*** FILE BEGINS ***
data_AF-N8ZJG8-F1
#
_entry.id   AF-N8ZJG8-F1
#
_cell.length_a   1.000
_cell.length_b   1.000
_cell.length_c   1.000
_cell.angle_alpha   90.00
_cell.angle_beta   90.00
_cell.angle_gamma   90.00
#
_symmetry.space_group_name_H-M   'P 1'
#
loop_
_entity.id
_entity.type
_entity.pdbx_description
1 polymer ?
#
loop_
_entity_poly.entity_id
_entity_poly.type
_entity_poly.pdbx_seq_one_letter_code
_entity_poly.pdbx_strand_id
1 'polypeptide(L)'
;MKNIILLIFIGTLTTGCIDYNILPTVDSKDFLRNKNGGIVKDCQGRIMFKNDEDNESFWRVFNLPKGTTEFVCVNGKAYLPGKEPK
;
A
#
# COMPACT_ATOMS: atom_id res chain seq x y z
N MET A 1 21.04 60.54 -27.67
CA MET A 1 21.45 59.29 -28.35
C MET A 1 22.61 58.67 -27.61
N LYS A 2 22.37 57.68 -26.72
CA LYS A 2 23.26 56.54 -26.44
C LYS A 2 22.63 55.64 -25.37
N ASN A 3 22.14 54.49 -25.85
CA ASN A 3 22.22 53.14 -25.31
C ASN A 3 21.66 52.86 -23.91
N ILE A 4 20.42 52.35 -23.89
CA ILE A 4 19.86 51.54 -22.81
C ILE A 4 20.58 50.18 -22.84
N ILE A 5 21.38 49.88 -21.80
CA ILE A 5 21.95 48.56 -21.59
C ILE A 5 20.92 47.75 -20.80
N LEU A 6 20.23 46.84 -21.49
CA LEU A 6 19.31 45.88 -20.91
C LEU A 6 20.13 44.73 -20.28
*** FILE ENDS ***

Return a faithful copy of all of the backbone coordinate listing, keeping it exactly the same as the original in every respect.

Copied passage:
data_AF-N8ZJG8-F1
#
_entry.id   AF-N8ZJG8-F1
#
_cell.length_a   1.000
_cell.length_b   1.000
_cell.length_c   1.000
_cell.angle_alpha   90.00
_cell.angle_beta   90.00
_cell.angle_gamma   90.00
#
_symmetry.space_group_name_H-M   'P 1'
#
loop_
_entity.id
_entity.type
_entity.pdbx_description
1 polymer ?
#
loop_
_entity_poly.entity_id
_entity_poly.type
_entity_poly.pdbx_seq_one_letter_code
_entity_poly.pdbx_strand_id
1 'polypeptide(L)'
;MKNIILLIFIGTLTTGCIDYNILPTVDSKDFLRNKNGGIVKDCQGRIMFKNDEDNESFWRVFNLPKGTTEFVCVNGKAYLPGKEPK
;
A
#
# COMPACT_ATOMS: atom_id res chain seq x y z
N MET A 1 21.04 60.54 -27.67
CA MET A 1 21.45 59.29 -28.35
C MET A 1 22.61 58.67 -27.61
N LYS A 2 22.37 57.68 -26.72
CA LYS A 2 23.26 56.54 -26.44
C LYS A 2 22.63 55.64 -25.37
N ASN A 3 22.14 54.49 -25.85
CA ASN A 3 22.22 53.14 -25.31
C ASN A 3 21.66 52.86 -23.91
N ILE A 4 20.42 52.35 -23.89
CA ILE A 4 19.86 51.54 -22.81
C ILE A 4 20.58 50.18 -22.84
N ILE A 5 21.38 49.88 -21.80
CA ILE A 5 21.95 48.56 -21.59
C ILE A 5 20.92 47.75 -20.80
N LEU A 6 20.23 46.84 -21.49
CA LEU A 6 19.31 45.88 -20.91
C LEU A 6 20.13 44.73 -20.28